This is Ashlee from The Lovelee Girl, also known as The Other One or Heather’s twin sister. I’m so excited to be her guest blogger today!
When I was in high school I fell in love with photography. It helped that I had an amazing teacher [Hi, Mr. Nichols!]. Back then I was working with black and white film and developing it in a darkroom. There is something so raw about working in that environment, versus using a “digital darkroom” aka Photoshop on my MacBook Pro. The darkroom is still my favorite, but not as practical for me right now.
In late May of 2008, I was accepted into an online MFA Photography program the day before I lost my job. I hadn’t pursued photography in college because my school didn’t offer a program, or else I’m sure I would have done it sooner. This spring I decided that the MFA wasn’t where God wanted me. I knew that I still wanted to do photography, but needed to go in a different direction that He was leading me.
Until January of this year I had been unemployed [besides a random temp job last summer] since I had lost my job back in 2008. Long story short, my dad wanted to help me find a job. After what seemed to be an obvious nudging from God, I applied for a position with Bella Baby Photography in Boise and was hired at the end of my phone interview.
The company based in Illinois and currently in over 30 states, started in Boise at the beginning of this year. We’re currently in two hospitals in my local area. Bella Baby captures baby’s first photographs in the hospital room. It’s something I never thought about until the opportunity approached me, but it is an amazing job. I feel very lucky to be able to capture such a special time in people’s lives. I know I’ve done my job, and done it well when I make the moms [AND dads] cry while showing them their online galleries.
With the advent of digital photography, EVERYONE and their monkeys can take pictures. While anyone can take pictures, not everyone can be considered a photographer. I wanted to share a few tips that will [hopefully] help you take better pictures.
Read Your Manual: Seems like an obvious thing to do, but easy to overlook. Get to know how your camera works! Read it through once without your camera, then re-read it with your camera in-hand and get to know where everything is and what everything does. Refer back to your manual in the future if you have questions or want to try something new.
The best camera is the one with you: There’s a chance that you’re not always going to have your camera on you, but you may have your cell phone or even some other device with a camera. Utilize what you have and get to know the different settings on your various cameras so you’ll be comfortable when you need to use it.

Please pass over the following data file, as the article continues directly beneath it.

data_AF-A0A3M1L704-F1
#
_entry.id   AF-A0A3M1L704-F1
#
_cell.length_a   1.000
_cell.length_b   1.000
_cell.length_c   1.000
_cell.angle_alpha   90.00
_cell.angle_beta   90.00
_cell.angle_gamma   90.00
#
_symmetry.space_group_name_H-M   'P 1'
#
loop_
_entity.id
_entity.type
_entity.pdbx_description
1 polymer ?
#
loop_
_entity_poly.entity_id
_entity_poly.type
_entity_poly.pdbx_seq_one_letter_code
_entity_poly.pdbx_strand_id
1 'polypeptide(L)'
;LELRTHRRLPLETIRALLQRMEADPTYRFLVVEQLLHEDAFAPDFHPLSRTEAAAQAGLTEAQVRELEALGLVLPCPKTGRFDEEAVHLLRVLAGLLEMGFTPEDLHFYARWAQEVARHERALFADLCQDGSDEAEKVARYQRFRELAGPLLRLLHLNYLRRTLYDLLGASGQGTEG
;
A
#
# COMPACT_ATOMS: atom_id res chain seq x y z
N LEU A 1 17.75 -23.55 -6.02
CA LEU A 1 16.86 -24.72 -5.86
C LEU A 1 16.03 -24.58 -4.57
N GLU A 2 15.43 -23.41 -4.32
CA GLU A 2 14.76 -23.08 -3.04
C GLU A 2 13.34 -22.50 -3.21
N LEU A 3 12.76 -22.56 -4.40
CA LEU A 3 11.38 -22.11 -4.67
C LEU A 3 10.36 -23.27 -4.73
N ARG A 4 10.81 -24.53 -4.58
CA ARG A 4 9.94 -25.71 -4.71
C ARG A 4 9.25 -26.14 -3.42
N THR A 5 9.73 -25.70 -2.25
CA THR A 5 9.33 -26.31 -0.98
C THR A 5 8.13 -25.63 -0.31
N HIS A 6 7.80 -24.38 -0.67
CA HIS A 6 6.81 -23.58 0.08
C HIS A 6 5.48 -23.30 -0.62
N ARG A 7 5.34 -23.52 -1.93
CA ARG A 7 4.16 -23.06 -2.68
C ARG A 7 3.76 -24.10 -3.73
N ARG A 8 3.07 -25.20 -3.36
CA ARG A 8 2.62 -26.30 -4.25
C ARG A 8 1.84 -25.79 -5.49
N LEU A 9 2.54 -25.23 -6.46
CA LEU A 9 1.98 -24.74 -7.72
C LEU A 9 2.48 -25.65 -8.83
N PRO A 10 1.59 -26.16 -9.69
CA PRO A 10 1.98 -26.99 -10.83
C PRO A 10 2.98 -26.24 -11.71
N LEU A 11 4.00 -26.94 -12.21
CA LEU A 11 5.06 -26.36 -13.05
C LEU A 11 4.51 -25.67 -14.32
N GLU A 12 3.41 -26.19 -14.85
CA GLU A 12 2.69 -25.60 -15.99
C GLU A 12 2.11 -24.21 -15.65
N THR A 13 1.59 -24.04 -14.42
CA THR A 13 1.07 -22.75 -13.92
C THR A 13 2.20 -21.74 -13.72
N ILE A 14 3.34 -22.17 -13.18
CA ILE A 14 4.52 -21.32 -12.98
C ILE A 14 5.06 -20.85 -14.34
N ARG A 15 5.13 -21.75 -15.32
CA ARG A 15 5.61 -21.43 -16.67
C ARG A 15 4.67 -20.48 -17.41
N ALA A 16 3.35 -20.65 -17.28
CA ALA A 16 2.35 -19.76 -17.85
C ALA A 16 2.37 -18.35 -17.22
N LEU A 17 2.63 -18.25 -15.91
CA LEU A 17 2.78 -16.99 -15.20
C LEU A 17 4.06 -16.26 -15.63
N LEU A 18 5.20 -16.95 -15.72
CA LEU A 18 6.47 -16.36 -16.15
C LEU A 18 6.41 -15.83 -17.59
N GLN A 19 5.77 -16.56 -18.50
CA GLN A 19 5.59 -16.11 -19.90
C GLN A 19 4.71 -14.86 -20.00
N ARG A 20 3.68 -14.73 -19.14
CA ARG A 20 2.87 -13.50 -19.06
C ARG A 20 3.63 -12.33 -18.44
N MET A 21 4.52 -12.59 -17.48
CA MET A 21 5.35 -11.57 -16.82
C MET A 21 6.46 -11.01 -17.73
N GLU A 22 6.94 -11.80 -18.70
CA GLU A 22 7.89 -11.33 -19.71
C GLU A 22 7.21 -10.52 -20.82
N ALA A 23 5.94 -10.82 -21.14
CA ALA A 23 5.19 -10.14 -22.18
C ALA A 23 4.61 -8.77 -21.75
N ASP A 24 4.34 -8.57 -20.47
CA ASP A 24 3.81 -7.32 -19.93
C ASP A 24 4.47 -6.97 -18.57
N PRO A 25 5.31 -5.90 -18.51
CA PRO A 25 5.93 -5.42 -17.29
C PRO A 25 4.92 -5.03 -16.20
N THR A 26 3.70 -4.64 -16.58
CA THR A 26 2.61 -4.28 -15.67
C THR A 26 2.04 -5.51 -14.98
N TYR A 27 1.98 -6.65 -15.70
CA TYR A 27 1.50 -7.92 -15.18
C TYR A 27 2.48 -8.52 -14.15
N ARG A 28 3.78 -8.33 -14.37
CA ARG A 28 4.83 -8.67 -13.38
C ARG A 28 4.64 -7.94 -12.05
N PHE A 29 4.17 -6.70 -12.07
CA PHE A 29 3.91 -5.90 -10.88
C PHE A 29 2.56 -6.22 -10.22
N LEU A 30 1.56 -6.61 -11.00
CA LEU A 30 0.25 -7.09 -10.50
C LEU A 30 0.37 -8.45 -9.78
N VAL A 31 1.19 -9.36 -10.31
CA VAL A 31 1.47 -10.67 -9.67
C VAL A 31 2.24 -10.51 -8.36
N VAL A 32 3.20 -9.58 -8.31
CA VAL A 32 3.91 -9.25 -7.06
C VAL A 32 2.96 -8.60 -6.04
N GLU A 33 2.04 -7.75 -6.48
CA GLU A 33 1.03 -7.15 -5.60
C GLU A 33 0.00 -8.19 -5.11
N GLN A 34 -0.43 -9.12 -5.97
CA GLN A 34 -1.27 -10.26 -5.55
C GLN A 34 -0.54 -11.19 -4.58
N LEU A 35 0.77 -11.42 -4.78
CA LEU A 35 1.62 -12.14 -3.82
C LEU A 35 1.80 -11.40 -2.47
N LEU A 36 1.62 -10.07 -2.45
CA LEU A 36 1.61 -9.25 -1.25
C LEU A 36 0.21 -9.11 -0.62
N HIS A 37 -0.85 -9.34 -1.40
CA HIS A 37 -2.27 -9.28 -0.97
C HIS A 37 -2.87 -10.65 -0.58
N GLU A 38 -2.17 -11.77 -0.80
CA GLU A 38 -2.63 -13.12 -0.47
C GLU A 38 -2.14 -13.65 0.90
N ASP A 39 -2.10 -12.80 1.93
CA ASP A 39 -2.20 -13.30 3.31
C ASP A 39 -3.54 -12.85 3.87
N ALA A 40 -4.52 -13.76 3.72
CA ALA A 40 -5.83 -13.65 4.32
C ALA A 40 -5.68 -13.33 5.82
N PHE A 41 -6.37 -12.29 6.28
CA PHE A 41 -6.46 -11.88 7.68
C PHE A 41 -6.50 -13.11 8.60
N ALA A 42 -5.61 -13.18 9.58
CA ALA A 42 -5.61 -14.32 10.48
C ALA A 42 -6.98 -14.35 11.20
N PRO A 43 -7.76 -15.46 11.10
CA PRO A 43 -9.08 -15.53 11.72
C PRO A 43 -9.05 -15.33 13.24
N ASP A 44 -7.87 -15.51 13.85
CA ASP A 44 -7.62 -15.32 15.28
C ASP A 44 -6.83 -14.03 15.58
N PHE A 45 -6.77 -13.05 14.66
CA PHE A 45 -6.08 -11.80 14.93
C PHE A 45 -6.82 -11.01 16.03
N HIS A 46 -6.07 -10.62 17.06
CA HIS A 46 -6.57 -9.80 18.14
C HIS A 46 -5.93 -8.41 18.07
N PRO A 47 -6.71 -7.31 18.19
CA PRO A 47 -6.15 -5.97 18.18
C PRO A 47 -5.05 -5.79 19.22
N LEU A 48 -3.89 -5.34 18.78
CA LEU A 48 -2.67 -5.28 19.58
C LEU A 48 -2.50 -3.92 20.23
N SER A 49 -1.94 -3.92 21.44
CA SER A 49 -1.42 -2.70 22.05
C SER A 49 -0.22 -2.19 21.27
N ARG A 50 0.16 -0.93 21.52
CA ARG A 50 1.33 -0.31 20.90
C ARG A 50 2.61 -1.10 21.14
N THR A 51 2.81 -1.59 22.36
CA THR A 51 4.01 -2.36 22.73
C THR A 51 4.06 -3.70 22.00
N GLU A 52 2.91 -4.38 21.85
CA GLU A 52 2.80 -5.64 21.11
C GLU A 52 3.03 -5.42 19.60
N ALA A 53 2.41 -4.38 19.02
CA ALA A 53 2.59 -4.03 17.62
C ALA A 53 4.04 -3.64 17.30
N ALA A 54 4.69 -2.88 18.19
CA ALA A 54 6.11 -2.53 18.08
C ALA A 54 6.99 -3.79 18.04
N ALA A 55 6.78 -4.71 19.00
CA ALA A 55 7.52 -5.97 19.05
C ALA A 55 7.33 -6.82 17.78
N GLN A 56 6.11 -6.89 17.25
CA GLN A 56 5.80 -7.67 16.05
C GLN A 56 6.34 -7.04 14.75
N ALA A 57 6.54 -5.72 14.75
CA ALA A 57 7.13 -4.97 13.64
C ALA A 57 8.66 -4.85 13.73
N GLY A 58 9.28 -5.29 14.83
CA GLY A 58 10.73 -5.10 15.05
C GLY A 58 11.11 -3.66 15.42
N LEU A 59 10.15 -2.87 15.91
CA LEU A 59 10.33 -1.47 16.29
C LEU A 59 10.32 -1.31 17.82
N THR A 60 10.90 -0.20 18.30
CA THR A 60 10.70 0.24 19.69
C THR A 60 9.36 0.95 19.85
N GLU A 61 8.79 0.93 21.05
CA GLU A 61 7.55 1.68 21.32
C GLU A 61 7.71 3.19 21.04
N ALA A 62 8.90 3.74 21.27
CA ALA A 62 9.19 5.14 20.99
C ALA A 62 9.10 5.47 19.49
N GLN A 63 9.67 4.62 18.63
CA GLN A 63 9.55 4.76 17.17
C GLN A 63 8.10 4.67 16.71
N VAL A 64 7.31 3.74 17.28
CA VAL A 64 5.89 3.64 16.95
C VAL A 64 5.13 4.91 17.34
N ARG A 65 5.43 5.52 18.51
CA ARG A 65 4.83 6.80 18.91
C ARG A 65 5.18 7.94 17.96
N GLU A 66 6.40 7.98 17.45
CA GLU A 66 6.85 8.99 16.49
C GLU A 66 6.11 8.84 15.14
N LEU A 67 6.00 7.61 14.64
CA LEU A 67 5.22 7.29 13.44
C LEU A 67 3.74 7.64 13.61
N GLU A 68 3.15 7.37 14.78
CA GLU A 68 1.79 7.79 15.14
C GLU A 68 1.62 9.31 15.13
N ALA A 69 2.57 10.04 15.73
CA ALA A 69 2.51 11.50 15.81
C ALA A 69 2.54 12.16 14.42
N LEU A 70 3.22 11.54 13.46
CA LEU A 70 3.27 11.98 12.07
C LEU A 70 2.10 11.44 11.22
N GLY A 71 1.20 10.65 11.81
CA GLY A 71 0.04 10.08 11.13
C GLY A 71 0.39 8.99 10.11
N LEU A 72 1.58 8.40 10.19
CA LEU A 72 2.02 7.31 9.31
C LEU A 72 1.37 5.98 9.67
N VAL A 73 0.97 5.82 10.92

Get close: Don’t be afraid to get in someone’s face [with their permission] or end up in an awkward position to get your picture.
Lighting: I’m the biggest fan of using natural light. Be aware of how the lighting looks in your picture. Don’t be afraid to move around and find the best light. Lighting can make or break a picture.
TURN OFF YOUR FLASH: If you remember anything about my post today, please remember this tip!! This is my biggest pet peeve! Whether you’re at a concert [especially if you’re at a concert] or any other low-light setting, turn off your flash. Chances are if you use it, it will bounce off of something in front of you, other than your subject, which defeats its purpose. Obviously there are times when a flash is absolutely necessary, but as a general rule: keep your flash off.
Be aware of your framing & what’s in the background: This is pretty self explanatory, but you never know when you may accidentally be giving someone horns or there’s something random in the picture you don’t see at first glance.
Experiment: Don’t be afraid to try new things with your photography.
Here are a few ideas of things to experiment with!
Focus: Fyi, your pictures don’t always have to be in focus. Also related to this, you can experiment with your depth of field.
Light: Some of the best natural light comes in the early morning and the early evening. The light is softer and has more of a glow. In one class we took a series of pictures at different times throughout the day in order to understand it better.
Perspective: Get up high, get down low, turn sideways, upside down. How do you see the world?
Movement: I love experimenting with slow shutter speed [how long the lens is open].
Recently I played with movement, light and focus on the 4th of July [see HERE].
Have fun: Take your friends out and play. Don’t take yourself too seriously. Have fun with it!
Take your photography to the next level by incorporating elements of design:
Line: the visual path that enables the eye to move within the piece
Shape: areas defined by edges within the piece, whether geometric or organic
Color: hues with their various values and intensities
Texture: surface qualities which translate into tactile illusions
Form: 3-D length, width, or depth
Value: Shading used to emphasize form
Space: the space taken up by [positive] or in between [negative] objects
A few of my favorite photographers include:
Mary Ellen Mark
Here’s a list of some of the equipment I use:
Epiphanie Lola Bag
Canon 35mm f/2
Canon Speedlight 580ex ii
15” MacBook Pro
Formula One Actions
On my wish list:
Kelly Moore Libby Bag: A bag that hold my camera AND my laptop.
Formula One Organics Collection Actions
Canon 5D Mark ii
Thank you so much for taking the time to read this. I hope you've learned something that you can put into practice the next time you pick up your camera!
See my Bella Baby Photography HERE.
The Lovelee Girl Blog
My Photography favs board on Pinterest